The Monster Maker
In "The Monster Maker" (1944), a pianist's daughter catches the eye of a mad doctor, thanks to her resemblance to his late wife. In a misguided attempt to capture himself a new bride, the doc injects the pianist with the same serum he'd used on his wife when he'd caught her cheating—a monster-making concoction that induces acromegaly, a disease that causes physical disfiguration and often death.
The film was directed by Sam Newfield, a prolific filmmaker whose credits include "Dead Men Walk" (1943) and "The Black Raven" (1943), both UEN SciFi Friday features starring Bela Lugosi. Some critics have pointed out that the role of the evil Dr. Igor Markoff of "The Monster Maker" seems to have been written for Lugosi, and that J. Carrol Naish comes across as a Lugosi wannabe in this role. Regardless, it's worth mentioning that Naish himself had a substantial stage and film career, was nominated for an Academy Award for Best Supporting Actor two times and won the 1943 Golden Globe for Best Supporting Actor in a Motion Picture for "A Medal for Benny".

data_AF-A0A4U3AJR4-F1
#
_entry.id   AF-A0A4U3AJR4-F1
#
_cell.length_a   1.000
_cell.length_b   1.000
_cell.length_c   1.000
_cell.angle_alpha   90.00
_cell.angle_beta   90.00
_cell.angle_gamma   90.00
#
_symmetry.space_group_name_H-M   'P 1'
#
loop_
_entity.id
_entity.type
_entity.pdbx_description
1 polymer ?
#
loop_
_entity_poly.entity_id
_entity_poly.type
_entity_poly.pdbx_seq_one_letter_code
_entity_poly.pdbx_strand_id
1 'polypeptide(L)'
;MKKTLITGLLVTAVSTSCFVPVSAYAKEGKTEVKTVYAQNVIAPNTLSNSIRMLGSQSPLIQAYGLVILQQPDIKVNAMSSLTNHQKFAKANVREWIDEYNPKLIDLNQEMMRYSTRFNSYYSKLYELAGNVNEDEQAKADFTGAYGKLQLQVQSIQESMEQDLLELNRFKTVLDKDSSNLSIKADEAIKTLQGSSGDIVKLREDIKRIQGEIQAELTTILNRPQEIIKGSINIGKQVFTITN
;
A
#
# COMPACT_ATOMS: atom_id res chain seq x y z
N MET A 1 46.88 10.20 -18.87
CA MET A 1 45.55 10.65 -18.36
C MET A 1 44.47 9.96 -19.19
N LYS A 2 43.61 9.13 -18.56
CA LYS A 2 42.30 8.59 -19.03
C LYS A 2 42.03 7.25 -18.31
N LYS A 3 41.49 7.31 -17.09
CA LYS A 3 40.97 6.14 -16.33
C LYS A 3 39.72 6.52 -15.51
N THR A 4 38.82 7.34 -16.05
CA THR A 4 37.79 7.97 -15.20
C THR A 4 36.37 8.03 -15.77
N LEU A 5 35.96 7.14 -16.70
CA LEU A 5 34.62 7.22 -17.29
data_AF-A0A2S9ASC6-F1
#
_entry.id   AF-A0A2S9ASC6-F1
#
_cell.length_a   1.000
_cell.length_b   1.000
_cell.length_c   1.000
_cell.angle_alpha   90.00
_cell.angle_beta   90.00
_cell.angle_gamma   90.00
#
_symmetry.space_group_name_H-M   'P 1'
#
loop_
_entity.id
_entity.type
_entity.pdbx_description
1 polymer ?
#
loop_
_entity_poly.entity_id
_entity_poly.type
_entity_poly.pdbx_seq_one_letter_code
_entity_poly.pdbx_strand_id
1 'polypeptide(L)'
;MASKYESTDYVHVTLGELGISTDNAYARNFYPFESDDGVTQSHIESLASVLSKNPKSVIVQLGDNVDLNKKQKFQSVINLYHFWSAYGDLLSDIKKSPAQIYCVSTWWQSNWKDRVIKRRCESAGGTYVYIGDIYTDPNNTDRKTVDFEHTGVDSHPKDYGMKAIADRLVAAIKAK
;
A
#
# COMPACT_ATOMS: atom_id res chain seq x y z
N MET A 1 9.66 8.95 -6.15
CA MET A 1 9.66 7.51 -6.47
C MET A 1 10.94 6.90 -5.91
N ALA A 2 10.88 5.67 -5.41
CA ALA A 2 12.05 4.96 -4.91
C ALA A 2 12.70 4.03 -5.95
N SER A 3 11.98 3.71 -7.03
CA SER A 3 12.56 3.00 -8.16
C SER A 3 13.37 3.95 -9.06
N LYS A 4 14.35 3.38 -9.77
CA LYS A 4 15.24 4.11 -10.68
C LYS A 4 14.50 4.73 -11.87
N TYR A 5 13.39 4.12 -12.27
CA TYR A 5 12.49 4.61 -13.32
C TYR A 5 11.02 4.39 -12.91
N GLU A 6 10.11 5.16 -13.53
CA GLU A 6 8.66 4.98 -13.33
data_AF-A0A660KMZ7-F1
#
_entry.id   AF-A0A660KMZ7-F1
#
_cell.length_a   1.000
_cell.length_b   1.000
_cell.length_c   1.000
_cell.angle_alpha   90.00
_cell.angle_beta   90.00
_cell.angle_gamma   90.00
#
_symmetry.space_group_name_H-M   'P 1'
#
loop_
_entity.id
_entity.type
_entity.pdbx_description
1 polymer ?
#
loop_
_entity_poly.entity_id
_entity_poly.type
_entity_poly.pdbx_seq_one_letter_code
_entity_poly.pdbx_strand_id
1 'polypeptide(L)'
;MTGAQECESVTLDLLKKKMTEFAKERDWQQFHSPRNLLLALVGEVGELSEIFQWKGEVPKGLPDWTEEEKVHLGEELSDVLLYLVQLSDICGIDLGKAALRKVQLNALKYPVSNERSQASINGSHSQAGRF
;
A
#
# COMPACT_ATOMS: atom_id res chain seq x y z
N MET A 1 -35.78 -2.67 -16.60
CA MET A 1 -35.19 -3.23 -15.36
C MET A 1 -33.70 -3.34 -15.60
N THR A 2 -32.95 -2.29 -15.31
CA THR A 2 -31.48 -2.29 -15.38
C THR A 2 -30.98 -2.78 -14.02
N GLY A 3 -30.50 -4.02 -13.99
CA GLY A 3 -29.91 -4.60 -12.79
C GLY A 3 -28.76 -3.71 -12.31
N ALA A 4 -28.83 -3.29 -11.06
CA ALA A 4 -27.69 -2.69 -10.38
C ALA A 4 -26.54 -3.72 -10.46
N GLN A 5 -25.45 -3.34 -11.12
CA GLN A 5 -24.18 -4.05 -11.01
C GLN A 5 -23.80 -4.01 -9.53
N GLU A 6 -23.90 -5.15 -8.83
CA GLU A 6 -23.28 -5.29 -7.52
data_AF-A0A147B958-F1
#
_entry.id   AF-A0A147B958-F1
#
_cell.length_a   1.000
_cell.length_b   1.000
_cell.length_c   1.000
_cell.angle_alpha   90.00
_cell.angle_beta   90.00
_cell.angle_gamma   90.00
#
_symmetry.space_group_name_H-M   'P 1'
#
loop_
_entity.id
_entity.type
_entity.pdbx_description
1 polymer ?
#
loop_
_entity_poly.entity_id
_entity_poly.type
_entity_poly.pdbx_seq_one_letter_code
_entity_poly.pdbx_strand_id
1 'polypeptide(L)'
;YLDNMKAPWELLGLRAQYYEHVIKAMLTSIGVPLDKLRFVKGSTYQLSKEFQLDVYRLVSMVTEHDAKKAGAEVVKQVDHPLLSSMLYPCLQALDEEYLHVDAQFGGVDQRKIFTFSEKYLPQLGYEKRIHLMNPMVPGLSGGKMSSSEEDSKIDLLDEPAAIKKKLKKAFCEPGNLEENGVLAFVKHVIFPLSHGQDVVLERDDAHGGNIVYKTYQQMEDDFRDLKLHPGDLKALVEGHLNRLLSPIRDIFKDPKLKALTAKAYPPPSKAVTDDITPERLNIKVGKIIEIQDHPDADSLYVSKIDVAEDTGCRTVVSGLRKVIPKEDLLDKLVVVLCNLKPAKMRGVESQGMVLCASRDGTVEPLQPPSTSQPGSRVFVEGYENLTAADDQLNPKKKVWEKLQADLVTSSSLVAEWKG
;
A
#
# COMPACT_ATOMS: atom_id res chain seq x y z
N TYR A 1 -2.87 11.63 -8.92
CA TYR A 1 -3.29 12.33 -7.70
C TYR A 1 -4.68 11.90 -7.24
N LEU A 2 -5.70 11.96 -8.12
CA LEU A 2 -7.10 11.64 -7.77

As you watch "The Monster Maker", you may want to consider these questions: Who is the real monster and what is the real monster maker? As the story unfolds, it becomes clear that mad Markoff is really an impersonator who has stolen the identity of his wife's lover—the man he murdered when the wife's disfigurement failed to cool the affair. Does this suggest that the real source of monstrosity in this film is the faux Markoff's jealousy and inability to appreciate that love is more than skin deep? Or is such inquiry reaching too far for meaning in a flick that depends on a killer gorilla for a climactic scene?
Dev AbrahamEndocrinologist Dev Abraham of the University of Utah discusses Acromegaly and the film “The Monster Maker.”
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